I ve bascily cocked up then ive potted the tomatoe seed in small or medium sized pots that i was going to transplant into bigger pots.

    Nothing wrong there. Just pot them on into larger pots or tubs when they get a bit big and unwieldy. You shouldn't put any young seedlings into big pots to start with, as they tend to get over-watered, and end up swimming, which soon kills them off.

    (If seedlings are kept too wet in a big pot they tend to get mould, and die like flies).

    You'll need pretty big pots or tubs to grow tomatoes in, Prepper. Unless you are able to water and feed them regularly. Tomatoes love plenty of water when they grow into big plants, especially when fruiting. They are greedy feeders too, so either put plenty of manure in the bottom of the pots when potting them, or be prepared to liquid-feed them regularly, once or twice a week.


    A sunny window-sill might do, but unless you have a wide window ledge you may need to put them on a table, or make up a stand for them. They go up tall if there's not enough light, so to get decent-sized tomatoes stop the plant at the third or fourth fruiting truss (bunch). The aim is to have one main fruiting stem, and take out all side shoots, and shoots from the bottom of the plant.


    Except for bush tomatoes, the ones with the small fruits. You can let these grow freely, just keep them from spreading too much. The small-fruited tomatoes are not quite so fussy, and will tolerate a bit of occasional neglect, but still need good soil and regular watering.


    As regards ventilation, give plenty on warm days, some on cool days, but they don't like long cold nights, so if it's going to drop below 10C overnight, either close your windows or just leave a crack on.

    Hi Man, nice to have you aboard:wave:

    As the guys say, this is a pretty laid-back place, so you'll appreciate it here.


    Every once in a while an odd guy will kick off a little, but we tend to roll with that; just some guy blowing his own hat off when life gets a little too heavy:frust:, as it has been for some folk recently.


    Most of the time if we don't agree we agree to disagree and get along fine.....:)

    yeah ditto they can take that app and shove it, but what if it's made compulsory, only allowed in banks,shops etc if you have tha app??

    They can't do that, unless they are giving everyone who hasn't got one a free smartphone. Like doing everything on the www, it just isn't possible.

    Quite a large number of the population do not have access to a smartphone, and many of these do not have access to the web. So the roasting the politicians would get from the civil liberties people, here and abroad, would finish that before it got started.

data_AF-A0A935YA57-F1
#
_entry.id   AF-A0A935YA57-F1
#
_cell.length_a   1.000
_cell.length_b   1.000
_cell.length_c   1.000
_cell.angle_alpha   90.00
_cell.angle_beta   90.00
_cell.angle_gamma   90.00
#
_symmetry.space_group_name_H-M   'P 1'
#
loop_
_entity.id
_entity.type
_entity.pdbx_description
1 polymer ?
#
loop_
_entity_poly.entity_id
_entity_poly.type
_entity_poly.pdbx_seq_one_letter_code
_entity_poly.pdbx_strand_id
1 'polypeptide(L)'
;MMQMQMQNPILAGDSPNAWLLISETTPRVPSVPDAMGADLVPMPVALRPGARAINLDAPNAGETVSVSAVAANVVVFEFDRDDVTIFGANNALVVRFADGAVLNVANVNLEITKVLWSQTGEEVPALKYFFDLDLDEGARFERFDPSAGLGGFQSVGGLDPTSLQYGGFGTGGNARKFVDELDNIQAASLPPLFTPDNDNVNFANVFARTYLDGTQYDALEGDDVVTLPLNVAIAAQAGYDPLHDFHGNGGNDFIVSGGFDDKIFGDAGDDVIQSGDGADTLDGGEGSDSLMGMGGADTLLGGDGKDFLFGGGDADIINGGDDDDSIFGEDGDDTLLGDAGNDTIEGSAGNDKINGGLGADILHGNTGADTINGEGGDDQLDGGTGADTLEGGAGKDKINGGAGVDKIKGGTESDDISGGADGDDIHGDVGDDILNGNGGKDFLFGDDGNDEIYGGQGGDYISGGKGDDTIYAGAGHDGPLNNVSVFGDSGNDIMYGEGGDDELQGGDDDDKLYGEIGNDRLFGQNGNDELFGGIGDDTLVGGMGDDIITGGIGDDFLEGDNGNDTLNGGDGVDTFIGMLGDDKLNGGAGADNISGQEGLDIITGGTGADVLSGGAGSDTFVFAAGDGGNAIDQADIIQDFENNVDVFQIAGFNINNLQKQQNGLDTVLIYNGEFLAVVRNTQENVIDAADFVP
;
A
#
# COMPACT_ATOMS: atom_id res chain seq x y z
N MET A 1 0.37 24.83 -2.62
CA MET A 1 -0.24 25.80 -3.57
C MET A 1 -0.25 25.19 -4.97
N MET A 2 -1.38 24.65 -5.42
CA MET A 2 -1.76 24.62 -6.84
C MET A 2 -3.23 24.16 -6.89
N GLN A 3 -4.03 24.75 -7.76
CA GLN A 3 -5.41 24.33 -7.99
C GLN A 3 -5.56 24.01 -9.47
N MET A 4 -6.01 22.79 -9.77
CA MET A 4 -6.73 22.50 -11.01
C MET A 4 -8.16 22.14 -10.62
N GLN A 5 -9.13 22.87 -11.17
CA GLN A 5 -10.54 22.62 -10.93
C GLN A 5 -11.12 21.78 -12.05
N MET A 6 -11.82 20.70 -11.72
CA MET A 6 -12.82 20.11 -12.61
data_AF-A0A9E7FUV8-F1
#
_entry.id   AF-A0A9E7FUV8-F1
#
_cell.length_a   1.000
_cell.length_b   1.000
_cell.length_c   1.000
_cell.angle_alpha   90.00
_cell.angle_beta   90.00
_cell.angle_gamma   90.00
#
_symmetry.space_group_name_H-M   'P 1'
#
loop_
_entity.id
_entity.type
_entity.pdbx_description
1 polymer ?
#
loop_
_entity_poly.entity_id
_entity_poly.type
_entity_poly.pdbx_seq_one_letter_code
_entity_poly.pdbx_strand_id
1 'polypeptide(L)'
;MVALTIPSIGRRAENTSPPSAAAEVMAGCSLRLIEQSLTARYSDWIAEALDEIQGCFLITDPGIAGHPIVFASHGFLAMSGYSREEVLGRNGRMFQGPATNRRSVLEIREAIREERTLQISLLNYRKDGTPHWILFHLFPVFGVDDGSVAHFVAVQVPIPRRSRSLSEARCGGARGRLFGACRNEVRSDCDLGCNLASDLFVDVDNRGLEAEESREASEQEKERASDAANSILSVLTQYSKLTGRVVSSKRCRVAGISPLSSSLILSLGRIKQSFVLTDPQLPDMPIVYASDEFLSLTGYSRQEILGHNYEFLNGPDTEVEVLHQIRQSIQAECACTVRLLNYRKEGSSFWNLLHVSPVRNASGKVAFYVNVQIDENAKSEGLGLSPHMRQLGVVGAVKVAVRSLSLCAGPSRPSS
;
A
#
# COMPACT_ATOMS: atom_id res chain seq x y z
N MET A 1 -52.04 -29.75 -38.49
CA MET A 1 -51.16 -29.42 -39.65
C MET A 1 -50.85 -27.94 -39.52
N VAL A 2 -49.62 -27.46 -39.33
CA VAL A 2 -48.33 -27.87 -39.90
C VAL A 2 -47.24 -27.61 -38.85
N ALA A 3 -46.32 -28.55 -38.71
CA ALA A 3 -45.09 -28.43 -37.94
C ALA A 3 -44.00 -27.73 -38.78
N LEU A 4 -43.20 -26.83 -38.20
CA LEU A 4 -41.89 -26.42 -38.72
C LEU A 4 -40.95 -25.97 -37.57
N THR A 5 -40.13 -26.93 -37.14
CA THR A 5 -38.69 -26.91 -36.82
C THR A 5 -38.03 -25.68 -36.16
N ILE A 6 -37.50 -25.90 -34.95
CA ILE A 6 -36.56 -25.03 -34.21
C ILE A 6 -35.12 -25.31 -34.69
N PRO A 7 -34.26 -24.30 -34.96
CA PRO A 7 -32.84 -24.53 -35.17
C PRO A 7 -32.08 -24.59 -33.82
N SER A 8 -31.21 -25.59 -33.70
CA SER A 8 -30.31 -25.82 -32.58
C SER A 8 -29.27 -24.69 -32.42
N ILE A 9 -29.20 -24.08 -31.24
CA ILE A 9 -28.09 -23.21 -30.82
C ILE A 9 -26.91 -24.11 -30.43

It's like currency. They would love to do away with cash, but they daren't. Not yet, anyway. Where they can, they have been using the corona virus crisis to try to push people not to use cash, but from what I have observed plenty of people are still using cash, including myself.


    So far as the app is concerned, not many will bother, if South Korea is anything to go by. Less than 20% of those who have smartphones in S. Korea downloaded it, and even less used it. And that is in a very gadget-orientated country. Says it all, really.

    Boris, if you've got a cocktail shaker handy - one does have, doesn't one? - just check it's dry before you slide your phone inside. Then call it on a mate's phone and see if it rings.

    I have an old flask somewhere I intend trying out, too....:D

    'What makes a good person?'

    'Good' is a relative concept, whether one likes it or not. What is considered 'Good' by any particular individual depends on upbringing, peer ideas, beliefs or lack of them, innate morality, knowledge and education, etc.

    Among some, it is seen as good to steal. A good thief amasses wealth, is looked up to by that kind of society, and greatly admired.

    In modern capitalist society, the very biggest thieves and parasites are often looked at by most of society as being great and good men.

    It is sobering to reflect that most of us, if we think enough about it, may have our price.

    So a good person is a relative concept.

    We do a weekly shop every Wednesday. For some reason in mid-week the queues are much shorter. Probably due to those in the habit of going shopping every weekend getting mixed in with those essential working folk that have to shop at weekends.


    Most stuff is back onstream now, apart from flour; no flour in Aldi, none in Waitrose, tiny 500g bags in a couple of other places, but only white self-raising, of course.

    (Waitrose is a bit dear on most things, but they do a nice wholemeal loaf baked on the premises, if you get there before about 10 am....)